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Anyone with conditional offer failed May/June entrance exam at Eton, Harrow or Winchester(26 Posts)
My son has been offered music scholarship at Winchester subject to passing May entrance. WC has confidence that he will pass the exam. I understand that this must be a painful experience but has anyone with conditional offer and studied in state school failed entrance exam at Eton, Harrow or Winchester? I will be really appreciate your advice to guide me through this dilemma'!
Surely he either passes or fails and then you act accordingly?
Or am I missing something?
He got a definite offer from Alleyn's as well. Accepting Winchester's music scholarship meaning he needs to give up Alleyn's offer but might fail May entrance exam but WC keep reassuring that WC is the right decision.
You are missing something, TeenTimesTwo. If I understand it correctly from another thread, OP's son has won scholarships and bursaries from two other private schools, Alleyn's and Dulwich College both of which have a March dateline to accept. But I think OP's heart is with WinColl which has a May entrance exam. If she rejects Alleyn's and Dulwich in March and pins all her hopes on WinColl but fails the May exams, then she'd have ended with nothing. Hence the dilemma.
OP, one question - have you applied to Eton? Because this thread specified Eton as well as Harrow. I can only speak for Eton here; shame if you did not apply there.
For the last 15 or so years, I think nobody who's had a conditional offer from Eton failed the entrance exam (CE). This is testament to Eton's tremendous judgments in selecting their boys - no long played out multiple interviews over weeks and months like in other school(s) and then just to reject you or worse still, to keep you in limbo hanging on their "wait list" perpetually without ever telling you the final outcome.
He applied New Foundation Scholarship, got through 2nd stage but I think he failed the interview.
OK, OP, without prejudice, I think your son will probably pass the May WinColl entrance exams. CE is no big deal even given the fact that WinColl sets their own exams or something. No doubt WinColl is a very good school - gives an "academic" education, I am told over and over again - but for the life of me, I've been scratching my head over the years wondering which school on earth does not give you an "academic" education?
You wrote on the other thread the idea of going boarding at Winchester will hopefully "man" up your son who according to you is rather timid and relaxed finding all creature comforts at home. I would say, that being the case, Eton and even Harrow would be a more suitable school than Winchester. OK, I gather at WinColl the boys there are more nerdy (that's how I interpret as "more academic") and if you'd hoped your son will morph into Rambo II after 5 years there, then I think it's unlikely to happen given all the nerds that congregate there.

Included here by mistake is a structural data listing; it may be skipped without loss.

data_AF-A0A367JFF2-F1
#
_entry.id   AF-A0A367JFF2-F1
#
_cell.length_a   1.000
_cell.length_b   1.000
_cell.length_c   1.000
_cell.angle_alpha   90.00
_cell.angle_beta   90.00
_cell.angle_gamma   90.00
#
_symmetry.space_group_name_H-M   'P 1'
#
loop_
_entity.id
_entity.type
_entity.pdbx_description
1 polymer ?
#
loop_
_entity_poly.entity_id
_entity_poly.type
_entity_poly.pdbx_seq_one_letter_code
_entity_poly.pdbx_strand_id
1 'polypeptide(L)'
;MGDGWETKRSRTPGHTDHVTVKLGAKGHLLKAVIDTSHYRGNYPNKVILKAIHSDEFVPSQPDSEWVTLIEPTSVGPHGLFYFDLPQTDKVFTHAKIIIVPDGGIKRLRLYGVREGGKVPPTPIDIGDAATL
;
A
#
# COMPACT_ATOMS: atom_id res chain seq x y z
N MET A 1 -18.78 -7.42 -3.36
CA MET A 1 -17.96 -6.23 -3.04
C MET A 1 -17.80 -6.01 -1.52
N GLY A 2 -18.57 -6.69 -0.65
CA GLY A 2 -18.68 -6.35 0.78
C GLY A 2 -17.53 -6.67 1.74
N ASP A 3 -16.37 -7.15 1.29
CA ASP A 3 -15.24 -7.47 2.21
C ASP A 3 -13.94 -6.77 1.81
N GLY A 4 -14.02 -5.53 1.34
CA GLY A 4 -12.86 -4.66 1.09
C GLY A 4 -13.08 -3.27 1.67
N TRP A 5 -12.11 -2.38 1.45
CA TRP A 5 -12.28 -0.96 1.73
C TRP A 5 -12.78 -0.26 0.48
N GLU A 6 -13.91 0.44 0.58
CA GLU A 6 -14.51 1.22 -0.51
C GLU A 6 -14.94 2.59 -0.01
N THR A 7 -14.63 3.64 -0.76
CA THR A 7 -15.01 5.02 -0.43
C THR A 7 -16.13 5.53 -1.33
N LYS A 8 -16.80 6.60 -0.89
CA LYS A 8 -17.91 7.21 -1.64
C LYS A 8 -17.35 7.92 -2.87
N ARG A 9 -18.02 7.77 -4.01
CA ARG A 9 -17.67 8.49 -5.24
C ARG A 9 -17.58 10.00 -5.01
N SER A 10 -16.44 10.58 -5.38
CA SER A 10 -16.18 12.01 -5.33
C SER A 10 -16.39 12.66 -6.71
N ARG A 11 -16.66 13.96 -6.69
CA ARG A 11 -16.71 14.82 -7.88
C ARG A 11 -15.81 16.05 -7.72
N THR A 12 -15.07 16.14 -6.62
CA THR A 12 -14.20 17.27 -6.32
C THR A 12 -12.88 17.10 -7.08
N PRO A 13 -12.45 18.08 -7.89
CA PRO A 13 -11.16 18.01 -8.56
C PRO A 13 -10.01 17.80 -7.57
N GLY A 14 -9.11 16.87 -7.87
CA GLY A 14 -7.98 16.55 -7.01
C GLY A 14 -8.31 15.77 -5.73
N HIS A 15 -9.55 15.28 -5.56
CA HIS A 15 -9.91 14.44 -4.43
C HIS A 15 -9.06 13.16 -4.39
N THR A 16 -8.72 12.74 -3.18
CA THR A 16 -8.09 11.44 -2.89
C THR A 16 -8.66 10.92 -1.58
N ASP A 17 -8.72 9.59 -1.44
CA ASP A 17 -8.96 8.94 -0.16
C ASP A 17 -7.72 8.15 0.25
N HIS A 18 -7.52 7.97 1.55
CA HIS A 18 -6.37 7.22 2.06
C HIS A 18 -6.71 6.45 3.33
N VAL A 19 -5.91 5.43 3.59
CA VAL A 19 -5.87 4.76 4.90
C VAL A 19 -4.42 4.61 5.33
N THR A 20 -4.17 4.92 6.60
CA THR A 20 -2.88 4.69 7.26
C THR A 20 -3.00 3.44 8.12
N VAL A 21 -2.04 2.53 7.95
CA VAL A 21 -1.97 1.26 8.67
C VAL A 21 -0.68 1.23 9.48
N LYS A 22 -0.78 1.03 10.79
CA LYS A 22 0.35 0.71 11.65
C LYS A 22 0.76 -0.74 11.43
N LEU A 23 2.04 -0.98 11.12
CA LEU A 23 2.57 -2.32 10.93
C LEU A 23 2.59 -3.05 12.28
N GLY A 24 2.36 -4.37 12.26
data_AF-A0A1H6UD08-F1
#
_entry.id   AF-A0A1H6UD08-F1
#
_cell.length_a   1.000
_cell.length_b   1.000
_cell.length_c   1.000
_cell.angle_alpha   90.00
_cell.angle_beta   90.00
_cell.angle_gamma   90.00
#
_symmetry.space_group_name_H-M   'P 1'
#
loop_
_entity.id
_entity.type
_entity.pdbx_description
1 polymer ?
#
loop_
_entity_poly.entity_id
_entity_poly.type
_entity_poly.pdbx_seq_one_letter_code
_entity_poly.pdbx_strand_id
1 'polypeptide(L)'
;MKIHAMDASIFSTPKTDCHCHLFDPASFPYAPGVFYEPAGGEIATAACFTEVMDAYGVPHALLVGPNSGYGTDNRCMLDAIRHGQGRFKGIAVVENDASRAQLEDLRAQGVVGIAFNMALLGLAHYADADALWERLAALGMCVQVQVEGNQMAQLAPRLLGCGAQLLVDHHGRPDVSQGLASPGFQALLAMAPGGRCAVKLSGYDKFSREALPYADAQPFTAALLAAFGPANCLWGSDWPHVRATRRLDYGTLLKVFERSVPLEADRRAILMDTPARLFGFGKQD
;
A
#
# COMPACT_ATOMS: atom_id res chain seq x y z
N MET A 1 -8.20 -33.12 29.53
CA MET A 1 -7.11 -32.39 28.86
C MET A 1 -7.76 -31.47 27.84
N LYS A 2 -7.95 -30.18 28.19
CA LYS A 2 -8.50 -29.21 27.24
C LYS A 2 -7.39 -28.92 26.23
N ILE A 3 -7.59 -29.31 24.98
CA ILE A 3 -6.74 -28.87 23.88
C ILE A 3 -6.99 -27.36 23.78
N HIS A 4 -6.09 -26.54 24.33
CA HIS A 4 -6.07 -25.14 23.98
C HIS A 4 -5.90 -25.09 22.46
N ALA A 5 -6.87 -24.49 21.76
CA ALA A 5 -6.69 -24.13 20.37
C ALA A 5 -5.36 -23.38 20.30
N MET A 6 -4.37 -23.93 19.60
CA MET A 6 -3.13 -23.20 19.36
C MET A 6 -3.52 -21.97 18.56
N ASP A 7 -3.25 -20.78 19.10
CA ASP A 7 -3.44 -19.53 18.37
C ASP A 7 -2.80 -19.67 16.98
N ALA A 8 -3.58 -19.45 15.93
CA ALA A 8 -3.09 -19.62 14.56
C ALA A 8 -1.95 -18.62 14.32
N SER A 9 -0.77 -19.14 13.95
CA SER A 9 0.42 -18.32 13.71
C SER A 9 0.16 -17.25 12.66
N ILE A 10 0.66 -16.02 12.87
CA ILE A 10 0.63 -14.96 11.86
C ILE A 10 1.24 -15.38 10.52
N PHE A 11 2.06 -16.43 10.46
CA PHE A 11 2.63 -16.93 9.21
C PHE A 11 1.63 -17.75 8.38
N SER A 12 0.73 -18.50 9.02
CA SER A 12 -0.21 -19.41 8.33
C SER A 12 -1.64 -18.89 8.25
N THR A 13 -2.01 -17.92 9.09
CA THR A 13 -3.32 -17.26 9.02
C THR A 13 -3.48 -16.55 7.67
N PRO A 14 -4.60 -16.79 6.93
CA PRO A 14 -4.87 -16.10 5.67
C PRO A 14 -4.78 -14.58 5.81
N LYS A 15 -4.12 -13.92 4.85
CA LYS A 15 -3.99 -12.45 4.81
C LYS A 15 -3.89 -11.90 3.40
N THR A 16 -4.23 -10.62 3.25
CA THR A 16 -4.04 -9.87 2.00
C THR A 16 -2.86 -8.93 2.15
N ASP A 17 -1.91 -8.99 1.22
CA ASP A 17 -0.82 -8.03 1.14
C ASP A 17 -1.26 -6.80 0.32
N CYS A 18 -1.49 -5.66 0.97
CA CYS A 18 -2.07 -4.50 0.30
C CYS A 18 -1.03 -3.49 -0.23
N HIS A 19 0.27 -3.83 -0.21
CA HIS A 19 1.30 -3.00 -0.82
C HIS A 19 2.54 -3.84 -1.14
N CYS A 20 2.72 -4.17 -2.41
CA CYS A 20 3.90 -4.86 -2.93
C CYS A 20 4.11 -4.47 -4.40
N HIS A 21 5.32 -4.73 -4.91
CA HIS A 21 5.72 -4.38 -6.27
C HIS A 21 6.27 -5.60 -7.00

Both Heads at Alleyn's and Dulwich College were former Housemasters at Eton. Both had learnt their trade at Eton's most illustrious House - College - being 'Master-in-College' there, i.e. Housemaster of College. No doubt, what that's happening at Alleyn's today will be largely influenced by Gary Savage's time at College; likewise, what that's happening at Dulwich today must be heavily influenced by Joe Spence's time as Master-in-College. Good luck!!!
You're right when you said they all offered good education. After wrapping my head around all useful advices, I think it's best to decide based on what we don't want to happen. Failing May exam means that he needs to travel 3 hours back and forth to his current school daily and we don't want that. Although the school is extremely challenging and he couldn't get higher grades due to lack of time for revision. Go for Alleyns. Thank you all again
My DS2 went to Winchester (now left) this is what we were told, in 2011, that every year a couple of boys loose their places because a couple of boys sit the Winchester entrance exam who dont have a places in boarding houses hoping to do significantly better than a boy who already have a place and get their place. HM's don't really like this because as you know they carefully select their boys but it does happen.
I agree with peteneras if you think your DS need to "man up" Winchester isn't really the place to send him; its a very civilised and peaceful environment which is why we choose it over our offer, a very very well know super academic super competitive boys school. I didn't feel it was would suit my DS. In fact I would question the whole ethos of sending a child to any boarding school to get him to "man up". I genuinely believe that you choose a school who's ethos suits that of your child and you rather than choose a school whose ethos you like in the hope that your DC will change to fit in.
For me, a bird in the hand is worth two in the bush.